Figure 7-1 : General Activities and Timeline for Ramp Management Strategy Implementation

7.2 Project Phasing

The first step to the effective implementation of ramp management strategies is to create a plan that defines the timeframe for when individual projects in the ramp management plan will be phased in.  Even if all the funding desired is available, phasing for all but the simplest ramp management plan is important.  Ramp management strategies should be phased for the following reasons:

  • Allows the agency to become familiar with, and gain an understanding of, ramp management strategies in small steps.
  • Allows adjustments in approach as elements are implemented.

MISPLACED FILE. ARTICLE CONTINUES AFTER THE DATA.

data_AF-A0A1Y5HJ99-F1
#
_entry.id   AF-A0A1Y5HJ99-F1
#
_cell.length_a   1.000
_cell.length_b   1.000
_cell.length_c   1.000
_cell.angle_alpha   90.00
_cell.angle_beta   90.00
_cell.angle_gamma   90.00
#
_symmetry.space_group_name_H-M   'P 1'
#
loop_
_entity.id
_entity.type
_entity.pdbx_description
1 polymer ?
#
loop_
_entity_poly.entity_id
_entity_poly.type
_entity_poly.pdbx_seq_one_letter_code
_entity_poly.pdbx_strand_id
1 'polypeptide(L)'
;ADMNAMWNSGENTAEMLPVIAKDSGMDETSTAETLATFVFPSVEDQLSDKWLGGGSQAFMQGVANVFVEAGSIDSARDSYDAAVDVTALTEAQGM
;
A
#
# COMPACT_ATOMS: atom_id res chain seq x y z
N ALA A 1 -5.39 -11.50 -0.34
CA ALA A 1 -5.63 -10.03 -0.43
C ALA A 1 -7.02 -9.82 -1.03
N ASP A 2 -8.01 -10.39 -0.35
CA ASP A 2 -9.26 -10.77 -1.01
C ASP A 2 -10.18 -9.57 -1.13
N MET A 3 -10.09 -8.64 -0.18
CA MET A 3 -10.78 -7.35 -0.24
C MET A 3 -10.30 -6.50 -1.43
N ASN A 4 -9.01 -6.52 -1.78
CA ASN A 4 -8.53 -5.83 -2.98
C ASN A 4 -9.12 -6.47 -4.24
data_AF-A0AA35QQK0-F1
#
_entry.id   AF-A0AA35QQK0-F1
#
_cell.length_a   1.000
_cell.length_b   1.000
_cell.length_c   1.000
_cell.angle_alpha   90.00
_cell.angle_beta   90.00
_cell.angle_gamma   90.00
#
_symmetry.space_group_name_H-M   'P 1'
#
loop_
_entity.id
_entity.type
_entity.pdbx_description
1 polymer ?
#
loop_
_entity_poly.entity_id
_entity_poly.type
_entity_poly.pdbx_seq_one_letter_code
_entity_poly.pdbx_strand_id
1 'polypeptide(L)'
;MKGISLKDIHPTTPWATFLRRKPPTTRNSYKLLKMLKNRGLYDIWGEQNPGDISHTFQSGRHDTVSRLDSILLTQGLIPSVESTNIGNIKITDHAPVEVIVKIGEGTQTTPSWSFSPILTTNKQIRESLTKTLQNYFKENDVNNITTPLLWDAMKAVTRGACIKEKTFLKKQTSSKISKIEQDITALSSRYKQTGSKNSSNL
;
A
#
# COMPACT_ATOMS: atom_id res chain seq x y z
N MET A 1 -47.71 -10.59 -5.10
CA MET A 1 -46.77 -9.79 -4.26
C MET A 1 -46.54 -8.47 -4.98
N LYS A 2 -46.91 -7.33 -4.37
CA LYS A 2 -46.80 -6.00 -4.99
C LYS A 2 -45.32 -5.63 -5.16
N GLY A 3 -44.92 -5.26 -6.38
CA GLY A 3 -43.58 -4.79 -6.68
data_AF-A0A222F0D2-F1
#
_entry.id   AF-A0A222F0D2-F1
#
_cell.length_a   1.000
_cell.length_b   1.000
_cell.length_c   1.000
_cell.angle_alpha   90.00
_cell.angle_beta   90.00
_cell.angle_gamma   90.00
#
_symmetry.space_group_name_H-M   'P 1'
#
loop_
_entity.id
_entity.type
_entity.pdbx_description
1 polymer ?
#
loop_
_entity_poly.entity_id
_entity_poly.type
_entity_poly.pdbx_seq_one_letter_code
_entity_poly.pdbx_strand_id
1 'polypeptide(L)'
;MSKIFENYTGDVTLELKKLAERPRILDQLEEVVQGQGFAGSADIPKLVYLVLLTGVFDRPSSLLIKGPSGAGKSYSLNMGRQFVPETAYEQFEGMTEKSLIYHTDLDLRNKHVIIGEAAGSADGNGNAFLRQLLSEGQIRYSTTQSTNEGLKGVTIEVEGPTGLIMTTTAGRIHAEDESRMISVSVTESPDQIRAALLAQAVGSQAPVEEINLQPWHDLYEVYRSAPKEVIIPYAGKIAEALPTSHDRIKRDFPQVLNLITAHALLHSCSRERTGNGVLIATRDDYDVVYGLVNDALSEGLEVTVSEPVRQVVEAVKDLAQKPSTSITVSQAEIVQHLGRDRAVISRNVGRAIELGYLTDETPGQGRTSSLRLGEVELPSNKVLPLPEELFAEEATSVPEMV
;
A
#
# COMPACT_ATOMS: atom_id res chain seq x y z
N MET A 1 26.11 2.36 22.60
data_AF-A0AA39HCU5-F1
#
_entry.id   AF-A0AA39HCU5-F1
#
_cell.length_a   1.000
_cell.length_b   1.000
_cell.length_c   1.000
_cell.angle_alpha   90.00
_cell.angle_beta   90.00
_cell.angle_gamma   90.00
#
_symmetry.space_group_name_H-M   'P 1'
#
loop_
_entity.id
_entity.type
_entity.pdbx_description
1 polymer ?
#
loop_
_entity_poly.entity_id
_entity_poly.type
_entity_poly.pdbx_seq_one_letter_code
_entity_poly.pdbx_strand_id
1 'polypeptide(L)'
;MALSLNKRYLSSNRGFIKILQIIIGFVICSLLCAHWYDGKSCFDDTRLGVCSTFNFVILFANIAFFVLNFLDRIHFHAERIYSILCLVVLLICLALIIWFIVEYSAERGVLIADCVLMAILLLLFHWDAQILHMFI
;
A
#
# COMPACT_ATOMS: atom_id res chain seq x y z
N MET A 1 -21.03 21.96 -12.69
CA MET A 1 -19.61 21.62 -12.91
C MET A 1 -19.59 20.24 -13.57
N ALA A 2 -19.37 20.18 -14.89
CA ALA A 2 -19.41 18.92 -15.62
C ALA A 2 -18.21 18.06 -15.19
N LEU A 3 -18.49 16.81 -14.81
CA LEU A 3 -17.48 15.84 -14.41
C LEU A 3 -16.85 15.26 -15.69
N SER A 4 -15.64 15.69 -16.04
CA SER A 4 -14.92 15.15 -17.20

• Allows public outreach and inter-agency coordination to be sized in a way that best suits the resources available.  Undertaking an outreach and coordination effort that encompasses a large portion of a metropolitan area with many agencies will stretch both the public information office and traffic operations staff thin. 
  • Can account for the availability of staff to physically deploy strategies, and whether or not they have the capabilities to manage and deploy strategies in a cost-effective manner (see Section 7.3.3).  The decision to deploy ramp management strategies without regard to staffing levels and capabilities may significantly delay implementation and erode potential short-term benefits. 
  • Allows better use of available funding.  It is often not possible to have the funds available to implement the entire plan in one project.

An effective phasing plan is one that seeks to deploy ramp management strategies with the available funds in a manner that best suits the experience of the agency, considers the political situation in the area, and maximizes benefits in the short term.  This is accomplished by first deploying ramp management strategies at the following locations: